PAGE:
Israeli human rights defender Yehuda Shaul denounced Tuesday Europe's "silence" regarding the policy of Benjamin Netanyahu's government, which he said is seeking to annex the occupied West Bank and transform Israel into an "illiberal democracy."
During a press meeting in Paris, Shaul said Europe's silence regarding the Israeli government's policy "is being strongly heard in Israel and Palestine."
Shaul is the co-founder of the Breaking the Silence organization, which includes former Israeli soldiers who denounce the practices of the army that has occupied the West Bank since 1967. He is the founder of the Ofek Center for the peaceful resolution of the Israeli-Palestinian conflict.
Shaul told Agence France-Presse (AFP) that his country is witnessing a "double revolution," an internal one that could transform Israel into a "completely illiberal democracy" - a reference to the amendments to the judicial system that Netanyahu proposed.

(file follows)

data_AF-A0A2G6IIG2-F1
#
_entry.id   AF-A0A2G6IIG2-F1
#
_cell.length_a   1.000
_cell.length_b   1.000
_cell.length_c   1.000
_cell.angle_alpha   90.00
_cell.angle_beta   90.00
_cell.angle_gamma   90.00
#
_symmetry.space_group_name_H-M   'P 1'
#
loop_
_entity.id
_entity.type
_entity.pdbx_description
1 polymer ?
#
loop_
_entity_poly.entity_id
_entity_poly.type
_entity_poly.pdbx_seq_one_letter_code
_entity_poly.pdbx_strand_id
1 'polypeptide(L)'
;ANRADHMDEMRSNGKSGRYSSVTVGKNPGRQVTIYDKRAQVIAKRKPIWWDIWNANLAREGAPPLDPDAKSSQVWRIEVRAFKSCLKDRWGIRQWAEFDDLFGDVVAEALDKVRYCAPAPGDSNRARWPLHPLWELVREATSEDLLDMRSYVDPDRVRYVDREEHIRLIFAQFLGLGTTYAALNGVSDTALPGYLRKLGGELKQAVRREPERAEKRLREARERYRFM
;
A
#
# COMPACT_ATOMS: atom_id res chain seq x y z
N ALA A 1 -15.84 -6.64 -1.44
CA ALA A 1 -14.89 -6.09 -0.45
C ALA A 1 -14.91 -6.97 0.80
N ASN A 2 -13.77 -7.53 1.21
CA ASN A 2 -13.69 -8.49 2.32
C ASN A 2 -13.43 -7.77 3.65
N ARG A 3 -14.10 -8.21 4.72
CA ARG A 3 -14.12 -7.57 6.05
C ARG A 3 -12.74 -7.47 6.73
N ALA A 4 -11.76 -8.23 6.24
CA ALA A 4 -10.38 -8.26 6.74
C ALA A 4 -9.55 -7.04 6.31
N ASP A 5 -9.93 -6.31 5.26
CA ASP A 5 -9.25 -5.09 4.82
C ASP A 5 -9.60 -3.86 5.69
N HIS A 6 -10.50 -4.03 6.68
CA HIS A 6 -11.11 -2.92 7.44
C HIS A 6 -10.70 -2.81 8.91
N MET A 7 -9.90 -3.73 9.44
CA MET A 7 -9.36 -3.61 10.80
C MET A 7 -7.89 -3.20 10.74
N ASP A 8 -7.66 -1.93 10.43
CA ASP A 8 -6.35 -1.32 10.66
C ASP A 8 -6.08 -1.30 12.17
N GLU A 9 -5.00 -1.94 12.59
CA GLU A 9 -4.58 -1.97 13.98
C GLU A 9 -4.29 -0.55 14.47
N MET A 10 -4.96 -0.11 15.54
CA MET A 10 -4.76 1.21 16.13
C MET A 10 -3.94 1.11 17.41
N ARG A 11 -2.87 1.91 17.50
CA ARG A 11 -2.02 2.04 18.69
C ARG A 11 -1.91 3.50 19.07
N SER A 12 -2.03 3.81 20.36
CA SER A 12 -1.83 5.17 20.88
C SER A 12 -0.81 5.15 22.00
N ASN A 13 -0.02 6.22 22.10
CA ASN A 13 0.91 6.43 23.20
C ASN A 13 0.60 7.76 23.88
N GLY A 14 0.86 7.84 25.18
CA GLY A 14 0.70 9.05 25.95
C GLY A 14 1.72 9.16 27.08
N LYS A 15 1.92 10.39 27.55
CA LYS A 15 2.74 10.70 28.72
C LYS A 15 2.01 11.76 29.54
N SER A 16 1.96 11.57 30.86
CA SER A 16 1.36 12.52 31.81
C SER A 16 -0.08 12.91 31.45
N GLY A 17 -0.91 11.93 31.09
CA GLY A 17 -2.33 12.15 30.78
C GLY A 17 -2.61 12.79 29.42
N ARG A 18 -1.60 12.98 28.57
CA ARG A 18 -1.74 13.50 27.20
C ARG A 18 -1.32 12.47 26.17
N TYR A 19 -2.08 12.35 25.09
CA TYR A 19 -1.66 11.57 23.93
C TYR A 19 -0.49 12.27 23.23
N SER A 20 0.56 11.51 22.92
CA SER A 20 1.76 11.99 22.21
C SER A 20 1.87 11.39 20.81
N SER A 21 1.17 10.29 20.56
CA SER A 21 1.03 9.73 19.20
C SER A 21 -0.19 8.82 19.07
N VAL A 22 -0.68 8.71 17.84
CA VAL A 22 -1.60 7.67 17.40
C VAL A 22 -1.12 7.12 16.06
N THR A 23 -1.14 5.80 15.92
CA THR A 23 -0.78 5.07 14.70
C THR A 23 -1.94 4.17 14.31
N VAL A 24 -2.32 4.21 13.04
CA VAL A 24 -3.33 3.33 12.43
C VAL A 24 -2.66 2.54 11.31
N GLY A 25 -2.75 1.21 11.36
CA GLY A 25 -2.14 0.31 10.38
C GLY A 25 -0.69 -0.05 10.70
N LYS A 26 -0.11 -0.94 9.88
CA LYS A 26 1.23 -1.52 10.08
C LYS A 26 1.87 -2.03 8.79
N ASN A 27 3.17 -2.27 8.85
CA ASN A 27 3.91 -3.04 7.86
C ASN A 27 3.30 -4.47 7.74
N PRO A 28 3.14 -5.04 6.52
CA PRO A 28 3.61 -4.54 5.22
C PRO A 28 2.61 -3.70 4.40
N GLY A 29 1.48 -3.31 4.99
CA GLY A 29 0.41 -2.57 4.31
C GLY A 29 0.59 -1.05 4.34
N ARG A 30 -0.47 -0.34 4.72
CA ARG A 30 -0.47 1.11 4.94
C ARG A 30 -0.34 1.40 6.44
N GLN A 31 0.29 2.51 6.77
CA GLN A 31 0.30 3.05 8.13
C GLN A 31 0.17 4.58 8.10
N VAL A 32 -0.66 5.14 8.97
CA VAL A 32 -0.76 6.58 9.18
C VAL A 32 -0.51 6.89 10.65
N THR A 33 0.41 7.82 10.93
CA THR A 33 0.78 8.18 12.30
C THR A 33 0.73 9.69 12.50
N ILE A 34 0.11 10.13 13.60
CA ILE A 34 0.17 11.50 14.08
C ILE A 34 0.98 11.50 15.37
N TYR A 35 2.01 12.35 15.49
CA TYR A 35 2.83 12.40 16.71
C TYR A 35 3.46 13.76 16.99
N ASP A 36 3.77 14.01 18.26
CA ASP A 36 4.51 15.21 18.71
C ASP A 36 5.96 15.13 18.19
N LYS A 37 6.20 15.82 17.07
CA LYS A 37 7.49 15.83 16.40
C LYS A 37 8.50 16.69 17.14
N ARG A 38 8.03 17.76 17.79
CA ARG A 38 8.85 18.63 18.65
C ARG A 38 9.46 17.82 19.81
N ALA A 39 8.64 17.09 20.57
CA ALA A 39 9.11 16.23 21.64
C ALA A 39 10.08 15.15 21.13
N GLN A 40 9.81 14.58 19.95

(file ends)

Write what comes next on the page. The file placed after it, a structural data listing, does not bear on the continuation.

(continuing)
The second revolution was linked to Israel's policy in the occupied Palestinian territories, "which ultimately aims at one thing: annexation."
He emphasized that tens of thousands of Israelis are protesting against Netanyahu's attempts, especially in Tel Aviv, but everyone is silent regarding the government's policies in the West Bank.
Shaul said Netanyahu believes in the "law of the strongest" and does not believe in "human rights or liberal democracy."
He condemned international silence, noting in particular France's abstention from voting in late December on a UN resolution calling on the International Court of Justice to give opinion on the issue of the Israeli occupation of the Palestinian territories.
Shaul stressed the need for more monitoring by the international community, stressing that he is an "extreme" supporter of the two-state solution and sees no other way for the two peoples to live in dignity and equality.